| Tony Blair bids farewell to LK Advani after the meeting at 10, Downing Street on Monday. (AFP)
London, June 16:L.K. Advani is being treated by the British very much as a “Prime Minister-in-waiting”, even though in his main meeting with Indian opinion formers in London last night, the deputy Prime Minister sounded more like a BJP leader on the hustings.
“He’s a very significant player in India,” said a British official. “HMG (Her Majesty’s Government) wants to cultivate the relationship.”
Advani had a 50-minute talk (extended from a 30-minute slot) today with Tony Blair, which a spokesman for the British Prime Minister described as a “good meeting”.
In lovely sunshine, the two men pulled up chairs in the garden of 10, Downing Street, and had a cosy chat, after which Blair went to the door and saw off Advani. From all accounts and especially that of Ronen Sen, the Indian high commissioner, the gestures, the body language and “personal chemistry” impressed the visitors.
“It was a wide-ranging review of the international situation,” the British spokesman added. “They discussed India and Pakistan and the post-conflict situation in Iraq.”
Tomorrow, Blair will have his ear bent by General Pervez Musharraf, who will be given a pat on the shoulders for taking some steps to curb cross-border terrorism but he will be urged to do more. Blair will be giving the Pakistani President lunch as well.
Advani, who discussed terrorism over lunch today with David Blunkett, the home secretary, and was due to meet the “Overseas Friends of the BJP” later tonight, has a luncheon scheduled tomorrow with John Prescott, the British deputy Prime Minister.
He also has a meeting fixed with Jack Straw, the foreign secretary.
In between, Advani will give a news conference at India House, which Atal Bihari Vajpayee always refuses to do when he comes to London — he prefers reciting Hindi poetry to answering difficult questions from British journalists in English.
Blair did not apparently press India to send a peacekeeping force to Iraq, Sen told journalists after the Blair-Advani talks. Nor was there any direct mention of the Hawk deal that Britain wants to clinch with India.
Advani told Blair that there had been “no appreciable change” in cross-border terrorism in Kashmir. Blair is said to have agreed that the terrorist “infrastructure” in Pakistan needs to be dismantled.
The British Prime Minister said he was impressed by Vajpayee’s latest peace overture to Pakistan.
During his visit to Britain, Musharraf will not see the Queen. The British say this is because the Queen is “unavailable” but the Indians insist that the head of the Commonwealth cannot meet the leader of a country whose membership is currently dismantled.
Musharraf will have plenty of opportunity to put across his side of the story which is that Pakistan has already done a lot to curb cross-border terrorism and what violence there is in Kashmir is home grown. He is to be the guest at an official dinner tomorrow hosted by Lord Falconer, the new Lord Chancellor who is presiding over the extinction of this ancient office.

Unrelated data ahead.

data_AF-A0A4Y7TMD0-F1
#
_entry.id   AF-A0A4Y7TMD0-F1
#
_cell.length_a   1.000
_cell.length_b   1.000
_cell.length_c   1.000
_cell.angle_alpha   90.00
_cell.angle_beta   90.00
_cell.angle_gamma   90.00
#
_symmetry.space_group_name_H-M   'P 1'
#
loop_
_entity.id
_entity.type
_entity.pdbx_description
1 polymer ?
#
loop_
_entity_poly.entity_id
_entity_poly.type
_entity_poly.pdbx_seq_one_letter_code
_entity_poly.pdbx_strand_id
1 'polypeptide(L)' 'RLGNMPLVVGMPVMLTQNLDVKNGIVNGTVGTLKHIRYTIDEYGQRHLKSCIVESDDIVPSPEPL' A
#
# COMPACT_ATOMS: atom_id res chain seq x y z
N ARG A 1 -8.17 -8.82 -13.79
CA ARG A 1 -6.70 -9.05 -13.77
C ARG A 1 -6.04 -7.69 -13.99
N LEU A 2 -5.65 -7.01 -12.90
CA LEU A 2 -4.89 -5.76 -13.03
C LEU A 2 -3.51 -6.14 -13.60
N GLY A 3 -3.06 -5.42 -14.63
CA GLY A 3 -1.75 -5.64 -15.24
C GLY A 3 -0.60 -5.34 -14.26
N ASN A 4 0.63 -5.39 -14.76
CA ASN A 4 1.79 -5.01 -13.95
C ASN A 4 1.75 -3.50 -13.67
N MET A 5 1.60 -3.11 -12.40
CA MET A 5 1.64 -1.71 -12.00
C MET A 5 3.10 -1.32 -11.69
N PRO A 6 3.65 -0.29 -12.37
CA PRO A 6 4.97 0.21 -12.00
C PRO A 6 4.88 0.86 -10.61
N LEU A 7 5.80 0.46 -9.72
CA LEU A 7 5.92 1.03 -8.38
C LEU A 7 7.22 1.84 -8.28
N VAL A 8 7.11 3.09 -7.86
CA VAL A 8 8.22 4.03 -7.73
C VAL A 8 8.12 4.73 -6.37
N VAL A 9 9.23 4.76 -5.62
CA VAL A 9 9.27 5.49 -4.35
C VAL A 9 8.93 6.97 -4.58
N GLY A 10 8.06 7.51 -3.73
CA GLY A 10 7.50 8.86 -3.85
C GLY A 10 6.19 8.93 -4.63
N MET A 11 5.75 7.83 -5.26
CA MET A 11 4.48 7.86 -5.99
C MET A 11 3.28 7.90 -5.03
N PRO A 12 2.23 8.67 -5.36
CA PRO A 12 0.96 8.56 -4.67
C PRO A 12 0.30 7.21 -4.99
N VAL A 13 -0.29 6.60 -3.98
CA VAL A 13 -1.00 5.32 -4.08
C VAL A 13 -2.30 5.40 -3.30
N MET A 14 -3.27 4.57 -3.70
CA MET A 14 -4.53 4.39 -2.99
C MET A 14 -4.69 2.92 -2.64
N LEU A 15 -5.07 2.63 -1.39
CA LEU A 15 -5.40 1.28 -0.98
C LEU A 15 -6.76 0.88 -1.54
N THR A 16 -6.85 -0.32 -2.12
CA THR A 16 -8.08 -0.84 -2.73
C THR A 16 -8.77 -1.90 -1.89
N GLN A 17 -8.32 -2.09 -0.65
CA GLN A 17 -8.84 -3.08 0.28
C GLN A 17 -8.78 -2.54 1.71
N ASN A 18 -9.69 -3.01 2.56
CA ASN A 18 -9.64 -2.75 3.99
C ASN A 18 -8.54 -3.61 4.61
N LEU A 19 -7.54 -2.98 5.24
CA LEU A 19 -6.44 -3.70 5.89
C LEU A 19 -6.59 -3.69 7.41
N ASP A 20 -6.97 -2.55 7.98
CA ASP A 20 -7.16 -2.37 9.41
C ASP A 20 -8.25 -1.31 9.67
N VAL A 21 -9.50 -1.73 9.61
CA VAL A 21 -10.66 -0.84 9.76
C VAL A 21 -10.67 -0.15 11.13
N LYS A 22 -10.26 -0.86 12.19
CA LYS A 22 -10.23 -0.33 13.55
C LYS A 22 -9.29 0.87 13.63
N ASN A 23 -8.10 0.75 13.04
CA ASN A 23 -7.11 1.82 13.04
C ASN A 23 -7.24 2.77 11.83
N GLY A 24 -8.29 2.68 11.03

At some point, he is expected to meet the Pakistani cricketers touring England and attend a concert, Rhythms of the Indus, at the Royal Festival Hall on Wednesday.
Among those who will call on Musharraf will be Jack Straw, the new international development secretary Baroness Amos, and Ian Duncan Smith, the Tory leader. Musharraf is not being treated as a head of state, but neither are the British rubbing his nose in the dirt.
London wants to keep its lines open to both Islamabad and Delhi. “Pakistan is a key ally in the campaign against terrorism and a valued member of the UN Security Council,” said a foreign office spokesman.
Last night, several hundred Indians, mostly men and mostly dressed in sedate dark suits, stood for over an hour at the massive Queen Elizabeth II Conference Centre in Westminster to listen to a meandering speech given in Hindi by Advani.
Advani’s rambling speech was in the nature of a pep talk, but he did say that Vajpayee would continue to be Prime Minister for many more years to come, that Pakistani cross-border terrorism had not stopped and that sporting links with Pakistan could not be resumed while this situation continued.
He spoke of the need for “good governance” and promised this would be delivered by the BJP. He seemed unaware that when Indian ministers travel abroad, there is a convention that they speak only on behalf of the country and not their party.
Advani got a big cheer when he pledged that the Bill allowing for dual Indian citizenship would be law by the end of the year. Somewhat incongruously, a few Indians did start up, “For he’s a jolly good fellow”, but some were more concerned that “he did not say India is a secular country”.
A dissenting note was struck by a group of Asian women outside, who handed out leaflets, bearing the message: “L.K. Advani must go. Gujarat Genocide — Never Again! No US bases in India! No Indian troops in Iraq!”